How skills picked up in NS can apply to the commercial world

July 09, 2021

How skills picked up in NS can apply to the commercial world

In all the years we’ve been providing career counselling and coaching, we have noticed — and heard firsthand — from our candidates that some skills picked up in National Service (NS) are highly applicable to the workforce. Contrary to popular belief, NS can be a period in a man’s life where essential skills are picked up that can be applied to his professional endeavours.

Often deemed a rite of passage where boys become men, National Service is the mandatory conscription and duty that every male citizen and PR are to undergo upon reaching 18 years old.

Some may dread it, or recall it with less-than-fond memories, but NS does inculcate some lifelong skills that can prepare NSmen for the commercial and professional arenas, whether they decide to sign on as a career soldier or pursue professions as a civilian.

During CTES’ learning and bonding session, we spoke to our male colleagues and spouses of our staff, and managed to discover there are number of transferable skills that we can pick up from NS, such as:

People skills
In the army, you might be given tasks or projects to implement, and you need to coordinate with multiple stakeholders.

“Be it improvement projects or planning for outfield exercise, many of these projects are large-scale and involve several people,” NSman Melvin shares. “As such, you need to take into consideration a diverse group of attitudes, opinions, sensitivities, and needs. That way, these projects teach one to work collaboratively in teams to overcome obstacles.

“Being in the army also instills qualities such as perseverance and resilience so you have the tenacity to keep going even during the tough times.”

Qualities such as empathy and a strong EQ also help to set a strong foundation for being a good leader. A good leader is inspiring and compassionate, so developing those people skills in NS can help you in the workplace.

Communication skills
Communication is one of the most vital soft skills you need to have in the professional world. More than just talking, it is about active listening, keen observations and sincere interactions. It’s a two-way street, so you need to know how to give and receive, and also pick up social cues along the way and learn how to respond to them.

Communicating affects your interpersonal relationships with everyone - coworkers and bosses alike - which in turn has an impact on how you advance in your career.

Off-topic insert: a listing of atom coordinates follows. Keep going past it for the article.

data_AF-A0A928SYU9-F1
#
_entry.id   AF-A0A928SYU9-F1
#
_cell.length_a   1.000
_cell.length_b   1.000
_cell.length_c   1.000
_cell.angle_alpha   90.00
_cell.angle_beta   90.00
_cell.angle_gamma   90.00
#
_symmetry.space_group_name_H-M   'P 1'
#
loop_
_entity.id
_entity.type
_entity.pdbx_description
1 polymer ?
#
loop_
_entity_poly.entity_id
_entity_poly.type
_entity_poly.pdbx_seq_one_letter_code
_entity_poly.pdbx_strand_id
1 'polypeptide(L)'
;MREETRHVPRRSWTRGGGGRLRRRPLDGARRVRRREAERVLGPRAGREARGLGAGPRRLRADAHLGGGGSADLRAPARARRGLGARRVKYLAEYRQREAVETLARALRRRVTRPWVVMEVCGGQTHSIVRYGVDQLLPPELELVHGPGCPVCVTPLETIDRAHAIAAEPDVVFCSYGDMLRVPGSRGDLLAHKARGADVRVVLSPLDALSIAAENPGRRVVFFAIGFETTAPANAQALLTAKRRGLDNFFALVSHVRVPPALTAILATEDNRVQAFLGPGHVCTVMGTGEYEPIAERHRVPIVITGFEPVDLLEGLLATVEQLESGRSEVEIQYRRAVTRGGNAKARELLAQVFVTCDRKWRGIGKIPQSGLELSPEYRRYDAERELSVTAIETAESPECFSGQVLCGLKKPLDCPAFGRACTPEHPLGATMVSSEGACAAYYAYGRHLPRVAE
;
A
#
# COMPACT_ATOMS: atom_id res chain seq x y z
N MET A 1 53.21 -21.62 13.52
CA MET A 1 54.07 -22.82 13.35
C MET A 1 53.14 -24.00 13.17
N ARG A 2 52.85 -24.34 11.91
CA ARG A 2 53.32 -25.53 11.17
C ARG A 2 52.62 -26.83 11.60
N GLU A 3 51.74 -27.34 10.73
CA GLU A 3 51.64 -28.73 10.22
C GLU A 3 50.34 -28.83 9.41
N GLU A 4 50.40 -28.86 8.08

Problem-solving skills
Employees are hired to solve problems, and being in the military trains you to do just that. “Whether you’re a combat engineer who provides engineering solutions on the battlefield or a tank operator, you learn to adopt systematic and critical approaches to performing your task”, said Clifford. That cognitive process in decision making trains you to develop effective solutions in the workplace.

Being adaptable is a valuable trait, but it’s not just being able to fit into any environment. It’s also about adjusting to company-specific processes and protocols, behaviour moderation, and acceptance of differences.

Behaviour moderation means playing up certain aspects of your personality to suit the organisational culture. For instance, if communication and teamwork are highly valued, then you will need to be more collaborative and sociable.

More than just adjusting to the different work/social culture, you also need to respect everyone who comes from various backgrounds and cultures, something you learn in NS as you meet people from different walks of life.

Leadership skills
One of Singapore Armed Forces’ core values is leadership. But you don’t have to be an officer to possess leadership skills. Because every soldier is a leader; they are responsible for serving and protecting the people, which is a form of leadership on its own. Being responsible and punctual and looking out for your platoon mates is a form of leadership too, and that quality can be transposed into the workplace.

Management skills
Hard skills picked up in NS - such as project management (planning, scheduling, resource management, and as aforementioned, communication), customer relationship management (working with internal stakeholders from other units and external stakeholders such as support crew for logistics or catering), and inventory management (monitoring usage of limited resources and ordering supplies in advance as needed) - can be translated into the workplace.

Time management is also a key skill picked up in NS. Timelines are tight in the army, and it’s up to the individual to take the initiative to plan and execute according to instructions and deadlines.

As part of project management, you also learn to anticipate changes and challenges, as well as manage expectations and re-assemble plans.
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PART I of X – “The journey of a thousand miles begins with a single step.”